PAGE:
A qualified accountant and data analyst, interested in politics, economics and data. Twitter: @peterdonaghy

  • David Crookes

    Once again, Salmon, many thanks for a fascinating article.

  • Kel

    Having a smaller amount of immigration in an area does not mean that that area doesn’t feel the affects of it, nor does it mean that the local population don’t see it. One thing your article does show me however is that I am NOT a typical UKIP supporter if your breakdown is correct. The party has a much wider appeal than this article suggests.

  • Dan

    Salmon of data, aka Emily Thornberry

  • Korhomme

    Fascinating, but I’m slightly confused. You refer to ‘seven’ seats at the start, then ‘In the seventeen seats where the bookies make UKIP competitive’ in the third paragraph. A difference between 25% likely, and ‘competitive’, or a typo?

  • salmonofdata

    D’oh! Typo – fixed now, thanks.

  • Reader

    Salmon Of Data: So, are there any other constituencies which fit the profile of a potential UKIP target, but the constituency pollsters and the bookies have both missed? Setting a filter of immigration levels less than average of 9.2%, and the percentage of degree holders less than the 18% level which the curve would indicate that they could be competitive at, leaves 52 seats where UKIP could be competitive.
    Does that make West Belfast a UKIP target? How about East Belfast? Or, to put it another way, who are the local equivalents of UKIP?

  • Mike Adie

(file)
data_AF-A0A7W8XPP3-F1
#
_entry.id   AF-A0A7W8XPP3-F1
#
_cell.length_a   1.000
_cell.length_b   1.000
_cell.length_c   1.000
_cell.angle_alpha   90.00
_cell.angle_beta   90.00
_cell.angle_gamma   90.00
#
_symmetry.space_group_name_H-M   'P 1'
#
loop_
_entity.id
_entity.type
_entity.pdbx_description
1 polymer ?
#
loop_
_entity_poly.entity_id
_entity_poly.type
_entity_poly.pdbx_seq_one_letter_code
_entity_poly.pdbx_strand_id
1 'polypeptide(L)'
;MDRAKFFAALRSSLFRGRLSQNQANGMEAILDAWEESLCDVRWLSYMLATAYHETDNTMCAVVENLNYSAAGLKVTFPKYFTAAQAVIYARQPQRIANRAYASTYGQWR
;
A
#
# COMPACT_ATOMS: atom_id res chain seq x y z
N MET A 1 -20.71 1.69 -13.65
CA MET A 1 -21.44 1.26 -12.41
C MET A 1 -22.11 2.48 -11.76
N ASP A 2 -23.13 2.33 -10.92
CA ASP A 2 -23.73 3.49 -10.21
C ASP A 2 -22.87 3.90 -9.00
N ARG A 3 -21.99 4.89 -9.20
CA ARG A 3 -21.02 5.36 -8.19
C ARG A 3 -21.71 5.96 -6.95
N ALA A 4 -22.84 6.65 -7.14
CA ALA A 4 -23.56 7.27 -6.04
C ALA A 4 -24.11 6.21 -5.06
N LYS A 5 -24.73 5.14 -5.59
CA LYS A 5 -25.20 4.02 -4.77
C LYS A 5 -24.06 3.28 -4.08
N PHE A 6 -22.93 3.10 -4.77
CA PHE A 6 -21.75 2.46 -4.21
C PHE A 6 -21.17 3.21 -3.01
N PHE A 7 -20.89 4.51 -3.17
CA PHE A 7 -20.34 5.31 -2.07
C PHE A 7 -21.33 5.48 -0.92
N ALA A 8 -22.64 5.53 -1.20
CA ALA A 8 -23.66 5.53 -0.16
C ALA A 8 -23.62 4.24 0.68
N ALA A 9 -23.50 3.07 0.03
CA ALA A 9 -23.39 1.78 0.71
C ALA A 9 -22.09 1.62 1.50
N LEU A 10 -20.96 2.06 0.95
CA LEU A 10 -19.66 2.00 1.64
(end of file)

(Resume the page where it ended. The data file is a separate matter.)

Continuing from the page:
I’m not a typical UKIP supporter either…far from it…I wonder who exactly gets polled in areas of high migration density ? The unskilled, badly educated , lazy, racist indigenous British citizen? Or the Phd holding,super skilled vital cog in the economic miracle only available from E.Europe or the Indian sub continent via the axle of an HGV from Calais ?

  • LordFarquaad

    While I imagine there is a legitimate link between level of education and propensity to vote UKIP, I imagine the link is a complex one.

    Social mobility, income levels, job security, proximity of family, traditional values, received wisdoms of social group and peer pressure are all likely factors behind the correlation, not to mention other factors like what kind of environment one chooses to live in, and an accurate and sympathetic assessment of a seat’s likely voting patterns would therefore seek more complex data points rather than more reductionist ones.

    But we all know that at the heart of the left’s (and therefore most of the academic community’s) assumptions are the simple equation:

    UKIP don’t like internationalism = UKIP are bigots = UKIP are stupid = UKIP voters are stupid = UKIP voters are uneducated and working class = UKIP smells.